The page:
Lt. Colonel ‘Dickie’ Shrive - I closeted myself, however, with the greatest expert of all, who happened to be in Dover at the time. This man had recently put new barrels into Citadel Battery and was responsible for the installation of the great guns at South Foreland, Wanstone, and Fan Bay. He had in fact, put guns into fortifications all over the world, and knew more about such matters, I suspect, than any other gunner living. He was rather an irascible and fierce looking man, with a dark tanned complexion of India, and a liking for gin. This was the great Major later Lt. Colonel 'Dickie' Shrive. He was always followed about by the most enormous battery sergeant major I have ever seen, and certainly with the loudest voice and 'powers of persuasion'. This man was called 'Tiny'. Dickie Shrive virtually trained me on all I wanted to know, what to do and what equipment I should require. He explained all the principles of moving ordnance, and the things in C.A.T. Vol. II, which I did not understand. He stressed that at all times I should never forsake safety to speed up the job or take a short cut. He explained that I should require a 12 ton gin for lifting. This consisted of a very large tripod, which had to be erected with a barrel and tackle, strong enough to lift a six-inch gun on to a constructed sledge. The erection of the gin was a drill in itself. Its legs had to be inserted into 'shoes' to prevent them sinking into the ground, and it had to be equally balanced on its three legs, so that it did not collapse under stress, and crash down on the people operating it. It had the advantage, however, inasmuch as it was something on which we could practise and rehearse up at Langdon Barracks, until we were more or less competent to put the thing up, in the least possible time and difficulty.  This job was in addition  to my  normal  duties  as  fire commander, but we were given about two months to get ready and the C.O. was very good about letting me have as much time off as possible for my 'gin' work and other preparations. I now had to make all the calculations for ultimate strength, safe working strength, stress and breaking stress, for timber and ropes. I had to learn about 14 foot levers and power required to balance fulcra and a host of other information which I should probably never require again. We then drew up plans and read all about the building of ramps, for it was by such a contraption the gun was to be hauled up the bank. Many of these things I worked out and read up during the night watches, enemy permitting. This plan I have kept as a memento to the very anxious and worrying time I experienced prior to the exercise. However I received every encouragement from Major Shrive, and he looked over my calculations to ensure that I had not made a fool of myself and that nobody was going to get hurt, because I had ordered the wrong plank in the wrong place!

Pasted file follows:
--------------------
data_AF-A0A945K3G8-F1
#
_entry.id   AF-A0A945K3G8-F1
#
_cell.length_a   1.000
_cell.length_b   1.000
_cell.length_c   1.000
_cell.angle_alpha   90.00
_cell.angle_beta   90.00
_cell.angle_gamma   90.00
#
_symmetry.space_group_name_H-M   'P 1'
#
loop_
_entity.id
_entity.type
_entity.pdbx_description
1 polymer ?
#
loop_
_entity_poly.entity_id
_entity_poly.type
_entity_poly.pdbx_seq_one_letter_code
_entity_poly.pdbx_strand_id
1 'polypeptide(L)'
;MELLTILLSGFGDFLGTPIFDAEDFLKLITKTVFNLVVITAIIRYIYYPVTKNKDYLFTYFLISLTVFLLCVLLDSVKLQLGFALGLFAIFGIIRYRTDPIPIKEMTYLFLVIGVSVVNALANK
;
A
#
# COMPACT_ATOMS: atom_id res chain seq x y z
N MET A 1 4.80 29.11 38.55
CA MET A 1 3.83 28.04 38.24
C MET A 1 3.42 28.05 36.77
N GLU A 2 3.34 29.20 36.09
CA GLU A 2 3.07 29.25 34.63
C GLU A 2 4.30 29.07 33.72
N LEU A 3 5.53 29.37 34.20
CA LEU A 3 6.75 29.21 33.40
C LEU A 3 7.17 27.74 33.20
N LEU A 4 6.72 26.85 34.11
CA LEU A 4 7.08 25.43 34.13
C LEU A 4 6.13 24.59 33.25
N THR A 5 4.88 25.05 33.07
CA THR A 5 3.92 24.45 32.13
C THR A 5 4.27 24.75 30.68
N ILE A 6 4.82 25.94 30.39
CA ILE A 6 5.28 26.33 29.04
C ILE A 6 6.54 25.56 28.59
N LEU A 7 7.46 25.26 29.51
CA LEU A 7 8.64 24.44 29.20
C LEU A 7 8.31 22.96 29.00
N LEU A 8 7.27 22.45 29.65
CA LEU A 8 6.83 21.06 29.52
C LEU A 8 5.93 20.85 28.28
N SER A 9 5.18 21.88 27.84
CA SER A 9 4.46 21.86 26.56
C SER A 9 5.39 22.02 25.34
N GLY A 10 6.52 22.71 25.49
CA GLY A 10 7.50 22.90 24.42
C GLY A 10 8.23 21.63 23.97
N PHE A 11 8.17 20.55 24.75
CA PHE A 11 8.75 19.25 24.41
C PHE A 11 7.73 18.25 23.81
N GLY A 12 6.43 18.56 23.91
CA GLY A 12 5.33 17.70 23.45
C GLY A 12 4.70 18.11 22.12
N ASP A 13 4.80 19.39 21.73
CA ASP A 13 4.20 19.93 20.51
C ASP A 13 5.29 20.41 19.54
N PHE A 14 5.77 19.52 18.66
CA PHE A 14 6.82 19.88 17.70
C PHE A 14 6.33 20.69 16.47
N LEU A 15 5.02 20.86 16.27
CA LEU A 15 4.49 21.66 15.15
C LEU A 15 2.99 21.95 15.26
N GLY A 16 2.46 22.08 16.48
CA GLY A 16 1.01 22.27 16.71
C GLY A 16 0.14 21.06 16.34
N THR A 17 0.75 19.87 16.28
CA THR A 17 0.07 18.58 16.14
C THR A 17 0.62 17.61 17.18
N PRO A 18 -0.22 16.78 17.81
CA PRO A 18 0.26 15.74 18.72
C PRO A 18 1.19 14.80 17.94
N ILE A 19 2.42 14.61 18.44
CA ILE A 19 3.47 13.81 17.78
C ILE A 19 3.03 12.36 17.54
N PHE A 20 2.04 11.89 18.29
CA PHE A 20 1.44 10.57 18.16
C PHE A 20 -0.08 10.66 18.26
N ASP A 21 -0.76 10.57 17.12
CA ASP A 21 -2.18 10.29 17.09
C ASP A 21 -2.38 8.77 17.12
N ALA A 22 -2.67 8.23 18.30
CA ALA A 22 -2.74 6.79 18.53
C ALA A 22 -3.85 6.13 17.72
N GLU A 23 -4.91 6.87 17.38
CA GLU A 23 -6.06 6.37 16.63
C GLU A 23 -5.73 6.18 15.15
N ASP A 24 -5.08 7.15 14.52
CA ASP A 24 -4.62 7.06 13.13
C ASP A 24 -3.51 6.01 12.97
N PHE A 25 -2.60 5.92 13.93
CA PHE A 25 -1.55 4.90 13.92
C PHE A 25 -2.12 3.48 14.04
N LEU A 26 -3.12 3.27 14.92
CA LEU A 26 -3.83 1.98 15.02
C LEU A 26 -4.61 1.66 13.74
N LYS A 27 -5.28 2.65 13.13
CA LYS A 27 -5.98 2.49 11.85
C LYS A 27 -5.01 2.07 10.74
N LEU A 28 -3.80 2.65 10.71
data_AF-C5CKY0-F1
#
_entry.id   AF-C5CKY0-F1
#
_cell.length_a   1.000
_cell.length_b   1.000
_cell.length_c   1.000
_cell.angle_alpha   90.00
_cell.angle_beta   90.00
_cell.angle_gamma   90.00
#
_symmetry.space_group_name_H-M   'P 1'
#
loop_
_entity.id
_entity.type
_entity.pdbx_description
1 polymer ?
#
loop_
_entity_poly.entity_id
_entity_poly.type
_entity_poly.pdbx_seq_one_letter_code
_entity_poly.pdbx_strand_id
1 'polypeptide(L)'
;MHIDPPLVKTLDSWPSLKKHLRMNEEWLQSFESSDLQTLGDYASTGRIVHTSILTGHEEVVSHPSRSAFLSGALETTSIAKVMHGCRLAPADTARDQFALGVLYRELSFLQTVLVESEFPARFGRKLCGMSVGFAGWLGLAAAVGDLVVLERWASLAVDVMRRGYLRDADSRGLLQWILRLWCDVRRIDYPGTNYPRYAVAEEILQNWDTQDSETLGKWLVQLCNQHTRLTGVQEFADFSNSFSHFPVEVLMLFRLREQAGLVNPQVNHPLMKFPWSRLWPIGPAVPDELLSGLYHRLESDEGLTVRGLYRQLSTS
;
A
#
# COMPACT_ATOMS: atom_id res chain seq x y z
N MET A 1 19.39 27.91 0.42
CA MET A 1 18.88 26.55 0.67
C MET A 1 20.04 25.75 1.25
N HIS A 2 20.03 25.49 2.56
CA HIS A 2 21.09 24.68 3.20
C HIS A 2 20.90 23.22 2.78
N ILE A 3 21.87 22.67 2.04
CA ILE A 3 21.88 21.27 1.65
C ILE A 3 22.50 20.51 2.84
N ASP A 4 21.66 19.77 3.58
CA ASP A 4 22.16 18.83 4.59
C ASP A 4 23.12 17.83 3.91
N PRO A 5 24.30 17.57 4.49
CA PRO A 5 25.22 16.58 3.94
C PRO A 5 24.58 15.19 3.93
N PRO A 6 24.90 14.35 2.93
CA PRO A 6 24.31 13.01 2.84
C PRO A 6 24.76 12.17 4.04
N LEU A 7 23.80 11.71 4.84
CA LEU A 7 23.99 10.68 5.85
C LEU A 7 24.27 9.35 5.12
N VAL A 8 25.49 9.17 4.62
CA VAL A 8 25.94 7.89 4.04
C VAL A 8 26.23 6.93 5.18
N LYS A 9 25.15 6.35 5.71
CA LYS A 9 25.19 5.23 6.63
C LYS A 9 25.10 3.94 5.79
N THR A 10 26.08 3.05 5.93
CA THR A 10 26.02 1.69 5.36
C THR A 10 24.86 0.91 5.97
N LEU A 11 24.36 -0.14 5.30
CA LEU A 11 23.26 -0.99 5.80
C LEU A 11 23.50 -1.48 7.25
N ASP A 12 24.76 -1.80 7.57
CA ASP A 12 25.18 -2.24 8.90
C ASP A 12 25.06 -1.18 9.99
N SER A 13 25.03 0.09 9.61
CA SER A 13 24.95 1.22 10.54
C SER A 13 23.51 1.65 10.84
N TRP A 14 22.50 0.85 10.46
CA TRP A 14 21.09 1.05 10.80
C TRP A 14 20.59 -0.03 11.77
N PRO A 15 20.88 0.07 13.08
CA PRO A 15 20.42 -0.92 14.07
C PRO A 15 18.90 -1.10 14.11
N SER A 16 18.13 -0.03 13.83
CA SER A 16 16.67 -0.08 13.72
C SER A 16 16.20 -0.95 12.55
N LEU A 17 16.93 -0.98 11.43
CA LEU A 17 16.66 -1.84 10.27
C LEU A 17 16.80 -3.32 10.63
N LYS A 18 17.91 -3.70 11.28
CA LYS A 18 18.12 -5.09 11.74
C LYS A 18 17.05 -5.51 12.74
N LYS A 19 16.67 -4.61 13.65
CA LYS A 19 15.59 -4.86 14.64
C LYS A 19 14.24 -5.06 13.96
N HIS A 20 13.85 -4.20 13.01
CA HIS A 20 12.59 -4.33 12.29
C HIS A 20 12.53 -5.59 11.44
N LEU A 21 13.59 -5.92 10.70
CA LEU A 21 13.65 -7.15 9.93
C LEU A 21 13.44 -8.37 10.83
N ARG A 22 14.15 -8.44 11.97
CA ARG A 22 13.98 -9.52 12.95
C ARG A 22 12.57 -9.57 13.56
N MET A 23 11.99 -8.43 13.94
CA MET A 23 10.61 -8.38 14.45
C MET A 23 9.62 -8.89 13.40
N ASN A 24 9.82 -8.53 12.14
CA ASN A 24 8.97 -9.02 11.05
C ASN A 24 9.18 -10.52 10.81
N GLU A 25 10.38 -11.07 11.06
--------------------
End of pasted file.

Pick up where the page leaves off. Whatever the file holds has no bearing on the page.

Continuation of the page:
The great day - When the great day arrived, there was little more for me to do, other than issue the necessary orders and pray everything would go according to plan and that we had made the right calculations. Fortunately it was a fine bright day, and the gun and carriage had arrived safely at the entrance of the barracks. All the V.I. P.'s started to arrive and chairs had been placed for them at the higher level, and an officer was there to explain to them our intention. Even a six-inch shell was placed ready to be fired, if ever we got that far.
Getting the gun up the ramp - The men got to work to build the ramp up the bank, quickly and efficiently, and I am sure many of them had done the job before.
Erecting the gin - Next we erected the gin without mishap, and I thought all this is too good to be true. All through the morning, cars kept arriving in Langdon Barracks, to take up position in the army way, according to rank, to witness the rise of the gun and carriage to its concrete base or fall on the officer responsible for its journey. We hammered in the holdfasts with great flourish, to impress the visitors, raised the carriage high enough to place rollers under the sledge, to enable us to drag it to the foot of the ramp. This in itself was a mathematical calculation, based on the diameter of the rollers and the width of the bottom of the sledge. It would be determined when a roller would reach the end of the sledge and when another must be inserted in the front, so that the movement forward went off smoothly and without tilting the carriage. If the rollers were placed at an angle, so the sledge moved left or right. We got it to the foot of the ramp and attached a number of ropes, blocks and tackle fastening the end to the holdfasts at the higher level. I placed a couple of men with mallets alongside the holdfasts, in case they started to drag out of the ground, and it proved just as well, as I learnt afterwards. The gods were with us that day, for somehow, no doubt due to the resourcefulness of the sergeant in charge and the co-operation and enthusiasm of the men, the carriage reached the top, was again placed on rollers, and finally lowered on to the bolts in the concrete base, where it was securely fixed by men detailed just for this job.